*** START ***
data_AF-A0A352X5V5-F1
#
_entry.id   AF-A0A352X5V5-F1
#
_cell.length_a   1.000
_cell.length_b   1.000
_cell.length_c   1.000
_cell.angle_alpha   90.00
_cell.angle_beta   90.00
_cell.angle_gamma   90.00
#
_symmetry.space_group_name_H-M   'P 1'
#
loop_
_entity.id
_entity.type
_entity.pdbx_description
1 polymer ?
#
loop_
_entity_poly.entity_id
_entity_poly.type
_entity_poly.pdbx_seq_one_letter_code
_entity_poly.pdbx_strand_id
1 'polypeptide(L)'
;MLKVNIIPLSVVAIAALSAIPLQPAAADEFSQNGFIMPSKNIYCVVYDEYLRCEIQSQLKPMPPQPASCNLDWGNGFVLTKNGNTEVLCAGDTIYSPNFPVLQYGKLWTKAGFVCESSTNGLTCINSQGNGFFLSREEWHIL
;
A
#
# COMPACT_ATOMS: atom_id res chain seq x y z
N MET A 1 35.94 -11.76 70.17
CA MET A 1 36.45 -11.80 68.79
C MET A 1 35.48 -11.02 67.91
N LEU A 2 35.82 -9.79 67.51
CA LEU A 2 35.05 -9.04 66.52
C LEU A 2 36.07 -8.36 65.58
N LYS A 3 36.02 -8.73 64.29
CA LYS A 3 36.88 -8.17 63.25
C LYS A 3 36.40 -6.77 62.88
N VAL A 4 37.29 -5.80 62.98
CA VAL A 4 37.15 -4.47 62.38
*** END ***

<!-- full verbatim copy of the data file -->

data_AF-A0A352X5V5-F1
#
_entry.id   AF-A0A352X5V5-F1
#
_cell.length_a   1.000
_cell.length_b   1.000
_cell.length_c   1.000
_cell.angle_alpha   90.00
_cell.angle_beta   90.00
_cell.angle_gamma   90.00
#
_symmetry.space_group_name_H-M   'P 1'
#
loop_
_entity.id
_entity.type
_entity.pdbx_description
1 polymer ?
#
loop_
_entity_poly.entity_id
_entity_poly.type
_entity_poly.pdbx_seq_one_letter_code
_entity_poly.pdbx_strand_id
1 'polypeptide(L)'
;MLKVNIIPLSVVAIAALSAIPLQPAAADEFSQNGFIMPSKNIYCVVYDEYLRCEIQSQLKPMPPQPASCNLDWGNGFVLTKNGNTEVLCAGDTIYSPNFPVLQYGKLWTKAGFVCESSTNGLTCINSQGNGFFLSREEWHIL
;
A
#
# COMPACT_ATOMS: atom_id res chain seq x y z
N MET A 1 35.94 -11.76 70.17
CA MET A 1 36.45 -11.80 68.79
C MET A 1 35.48 -11.02 67.91
N LEU A 2 35.82 -9.79 67.51
CA LEU A 2 35.05 -9.04 66.52
C LEU A 2 36.07 -8.36 65.58
N LYS A 3 36.02 -8.73 64.29
CA LYS A 3 36.88 -8.17 63.25
C LYS A 3 36.40 -6.77 62.88
N VAL A 4 37.29 -5.80 62.98
CA VAL A 4 37.15 -4.47 62.38